Stephen Swart's phone sat silent this week, at least as far as what would have been his highest profile conversation was concerned.
While the rest of the cycling fraternity may have waited in anticipation of a call from disgraced drug cheat Lance Armstrong to his old teammate Swart, the New Zealander knew the score: Armstrong had no intention of picking up the phone.
Armstrong was thought to have flown out of Auckland tonight, having failed to follow through on his stated intention of calling Swart.
While he was in Auckland for a Lion Breweries commercial, Armstrong, who won, and was stripped of, seven Tour de France titles for doping, repeatedly said he wanted to speak to Swart.
Whether it was to clear the air with one of the first riders to speak publicly about Armstrong's doping regime, or just say gidday wasn't clear.
Swart, asked last night whether the phone had rung said: "What would you think? You don't have to double check, you know the answer."
Had he genuinely expected sport's highest profile drug cheat to follow through on his intention?
"It's just a PR stunt on his behalf to make himself look (good) in front of everybody else," Swart, one of this country's finest road riders, said.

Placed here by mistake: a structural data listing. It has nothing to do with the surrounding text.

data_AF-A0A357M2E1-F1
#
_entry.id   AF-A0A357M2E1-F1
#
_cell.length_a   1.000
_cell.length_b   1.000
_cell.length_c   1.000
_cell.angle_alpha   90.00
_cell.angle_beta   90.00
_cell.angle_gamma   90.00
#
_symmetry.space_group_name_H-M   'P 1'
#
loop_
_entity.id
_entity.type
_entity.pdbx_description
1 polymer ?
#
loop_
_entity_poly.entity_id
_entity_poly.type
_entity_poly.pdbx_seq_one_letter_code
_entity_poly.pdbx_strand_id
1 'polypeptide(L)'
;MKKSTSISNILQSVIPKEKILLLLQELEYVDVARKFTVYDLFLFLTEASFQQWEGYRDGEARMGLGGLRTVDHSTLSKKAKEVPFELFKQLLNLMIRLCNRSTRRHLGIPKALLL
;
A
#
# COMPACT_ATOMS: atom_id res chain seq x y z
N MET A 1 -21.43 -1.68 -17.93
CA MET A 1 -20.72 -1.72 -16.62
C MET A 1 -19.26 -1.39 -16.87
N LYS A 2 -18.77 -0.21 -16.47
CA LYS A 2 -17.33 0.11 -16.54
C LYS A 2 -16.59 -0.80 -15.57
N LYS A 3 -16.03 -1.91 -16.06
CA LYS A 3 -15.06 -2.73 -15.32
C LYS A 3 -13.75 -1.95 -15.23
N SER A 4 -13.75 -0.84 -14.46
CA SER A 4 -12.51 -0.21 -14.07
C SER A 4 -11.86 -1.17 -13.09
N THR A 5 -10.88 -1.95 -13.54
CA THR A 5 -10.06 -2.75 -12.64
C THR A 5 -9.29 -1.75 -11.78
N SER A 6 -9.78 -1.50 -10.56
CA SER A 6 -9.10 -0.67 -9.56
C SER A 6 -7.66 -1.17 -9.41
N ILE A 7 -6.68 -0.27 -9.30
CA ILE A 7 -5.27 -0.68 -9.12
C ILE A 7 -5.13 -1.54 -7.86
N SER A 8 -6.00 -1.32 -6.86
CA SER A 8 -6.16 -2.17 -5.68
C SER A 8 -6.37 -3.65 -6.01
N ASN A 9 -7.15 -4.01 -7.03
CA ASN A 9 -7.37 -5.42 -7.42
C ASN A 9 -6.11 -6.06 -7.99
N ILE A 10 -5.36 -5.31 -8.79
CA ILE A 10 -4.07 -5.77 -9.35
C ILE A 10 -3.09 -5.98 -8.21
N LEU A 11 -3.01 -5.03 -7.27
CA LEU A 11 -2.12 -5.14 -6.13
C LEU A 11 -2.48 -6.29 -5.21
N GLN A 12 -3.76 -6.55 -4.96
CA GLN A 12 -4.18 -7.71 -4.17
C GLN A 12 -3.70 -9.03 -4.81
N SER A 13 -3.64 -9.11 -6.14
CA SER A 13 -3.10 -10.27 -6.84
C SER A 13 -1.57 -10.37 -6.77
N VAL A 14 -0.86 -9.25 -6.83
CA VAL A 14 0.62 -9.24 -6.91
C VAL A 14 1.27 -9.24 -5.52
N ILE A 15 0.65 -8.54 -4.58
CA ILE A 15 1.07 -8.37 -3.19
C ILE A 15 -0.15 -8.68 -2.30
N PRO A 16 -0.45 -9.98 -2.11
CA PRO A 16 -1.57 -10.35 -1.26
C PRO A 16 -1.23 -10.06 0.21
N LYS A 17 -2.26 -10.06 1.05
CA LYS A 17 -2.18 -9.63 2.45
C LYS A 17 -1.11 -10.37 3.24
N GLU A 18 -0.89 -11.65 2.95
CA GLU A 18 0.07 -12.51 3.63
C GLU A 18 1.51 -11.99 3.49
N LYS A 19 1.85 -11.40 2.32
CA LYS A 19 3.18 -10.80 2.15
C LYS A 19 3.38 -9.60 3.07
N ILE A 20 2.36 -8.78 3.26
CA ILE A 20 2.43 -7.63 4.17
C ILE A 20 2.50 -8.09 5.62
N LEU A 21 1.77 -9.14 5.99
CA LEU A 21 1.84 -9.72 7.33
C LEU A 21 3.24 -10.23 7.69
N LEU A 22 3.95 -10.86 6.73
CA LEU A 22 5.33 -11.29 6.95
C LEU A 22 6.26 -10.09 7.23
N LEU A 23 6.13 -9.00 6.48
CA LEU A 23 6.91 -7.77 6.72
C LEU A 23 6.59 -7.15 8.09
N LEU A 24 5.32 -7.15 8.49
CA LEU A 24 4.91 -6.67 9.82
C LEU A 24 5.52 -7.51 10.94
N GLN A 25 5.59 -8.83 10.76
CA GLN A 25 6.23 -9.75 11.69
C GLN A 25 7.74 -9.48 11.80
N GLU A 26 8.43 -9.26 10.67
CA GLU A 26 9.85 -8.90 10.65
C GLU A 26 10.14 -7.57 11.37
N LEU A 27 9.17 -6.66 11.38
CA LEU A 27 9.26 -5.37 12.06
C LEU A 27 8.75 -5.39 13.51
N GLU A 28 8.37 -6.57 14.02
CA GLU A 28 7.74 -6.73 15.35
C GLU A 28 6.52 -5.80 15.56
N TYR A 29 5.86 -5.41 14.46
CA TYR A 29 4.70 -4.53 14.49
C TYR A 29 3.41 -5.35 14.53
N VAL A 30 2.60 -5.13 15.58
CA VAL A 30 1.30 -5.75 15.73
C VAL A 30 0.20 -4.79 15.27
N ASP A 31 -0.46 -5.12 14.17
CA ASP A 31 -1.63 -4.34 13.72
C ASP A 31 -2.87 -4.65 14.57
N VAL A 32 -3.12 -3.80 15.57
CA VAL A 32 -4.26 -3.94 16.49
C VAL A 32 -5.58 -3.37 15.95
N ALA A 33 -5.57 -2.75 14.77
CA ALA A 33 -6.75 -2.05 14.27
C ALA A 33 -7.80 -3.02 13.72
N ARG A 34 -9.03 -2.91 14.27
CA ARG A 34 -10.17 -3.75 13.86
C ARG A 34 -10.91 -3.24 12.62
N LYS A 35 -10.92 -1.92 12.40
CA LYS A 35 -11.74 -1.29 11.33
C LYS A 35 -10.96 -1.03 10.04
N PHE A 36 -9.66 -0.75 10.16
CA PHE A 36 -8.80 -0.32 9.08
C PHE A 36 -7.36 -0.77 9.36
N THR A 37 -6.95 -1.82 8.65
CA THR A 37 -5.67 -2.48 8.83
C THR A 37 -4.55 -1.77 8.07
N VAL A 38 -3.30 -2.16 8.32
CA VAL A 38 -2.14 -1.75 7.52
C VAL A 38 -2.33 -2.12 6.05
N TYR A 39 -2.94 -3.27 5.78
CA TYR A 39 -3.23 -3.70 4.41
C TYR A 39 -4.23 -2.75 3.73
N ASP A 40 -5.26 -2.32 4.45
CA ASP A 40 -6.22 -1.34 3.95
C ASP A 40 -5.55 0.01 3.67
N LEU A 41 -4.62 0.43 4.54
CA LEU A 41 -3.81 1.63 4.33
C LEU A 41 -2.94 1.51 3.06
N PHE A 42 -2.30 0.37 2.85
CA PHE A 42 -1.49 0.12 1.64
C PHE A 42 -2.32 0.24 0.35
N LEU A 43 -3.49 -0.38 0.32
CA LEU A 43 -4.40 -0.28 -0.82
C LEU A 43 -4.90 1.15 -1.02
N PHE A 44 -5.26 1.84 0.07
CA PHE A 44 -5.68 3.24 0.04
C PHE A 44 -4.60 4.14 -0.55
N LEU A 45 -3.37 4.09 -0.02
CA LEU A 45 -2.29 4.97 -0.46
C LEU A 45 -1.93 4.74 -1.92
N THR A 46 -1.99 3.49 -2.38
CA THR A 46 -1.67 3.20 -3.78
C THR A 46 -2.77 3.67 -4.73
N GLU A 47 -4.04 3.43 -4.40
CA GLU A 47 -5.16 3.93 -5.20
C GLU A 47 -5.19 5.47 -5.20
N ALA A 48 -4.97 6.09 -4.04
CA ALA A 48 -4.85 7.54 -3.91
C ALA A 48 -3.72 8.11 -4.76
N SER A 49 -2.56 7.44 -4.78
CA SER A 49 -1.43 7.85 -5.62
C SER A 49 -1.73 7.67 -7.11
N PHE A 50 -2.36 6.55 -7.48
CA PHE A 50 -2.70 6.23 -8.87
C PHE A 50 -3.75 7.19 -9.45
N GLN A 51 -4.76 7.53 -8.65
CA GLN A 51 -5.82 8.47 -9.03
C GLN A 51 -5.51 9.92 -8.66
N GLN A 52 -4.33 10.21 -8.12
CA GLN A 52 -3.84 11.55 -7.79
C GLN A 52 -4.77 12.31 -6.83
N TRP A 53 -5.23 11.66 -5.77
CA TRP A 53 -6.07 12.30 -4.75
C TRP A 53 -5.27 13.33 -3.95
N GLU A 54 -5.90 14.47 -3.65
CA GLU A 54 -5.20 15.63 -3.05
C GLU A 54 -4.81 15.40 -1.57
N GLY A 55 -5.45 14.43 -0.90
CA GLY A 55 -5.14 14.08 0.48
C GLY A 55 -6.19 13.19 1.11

"All the people that he's hurt over the years, he's never officially gone in front of them and apologised."
Swart, who rode with Armstrong before his treatment for cancer, pointed out Armstrong would have known his itinerary well before landing in New Zealand.
"If he had any intention (of getting in touch) he would have made contact prior. He had no intention."
Swart said had Armstrong called he would have talked to him. There would have been no slamming the phone - "I've got no reason not to (chat).
"But people have got to realise that, hey this is the person you've seen in the past. Nothing's changed. He's not sorry for anything he's done.
"Bottom line, he's not the only one who should be apologising. There's a whole entourage around him who should be floated in the same boat."
Swart doubts he'll ever have contact with Armstrong again. After all, as he put it: "If there was a prime opportunity it was now."
Swart suspects his motives for Armstrong seeking positive noises are to garner some sympathy ahead of his impending US Government federal lawsuit.
There could be a $US100 million hit coming with the Justice Department saying Armstrong defrauded the government during the years it sponsored him through the naming rights of his team.
The US Anti Doping Agency report into the case included the line that it was "the most sophisticated, professionalised and successful doping programme that sport has ever seen".
So how does Swart think of Armstrong now?
"He was gifted but also arrogant. Maybe they go hand in hand.
"No doubt he had talent. But if you thought he was a Tour de France winner? No way."
Swart chats occasionally to other former teammates.
The last time he spoke to Armstrong was in Switzerland in 1995.
"That pretty much says everything to me, in a basket."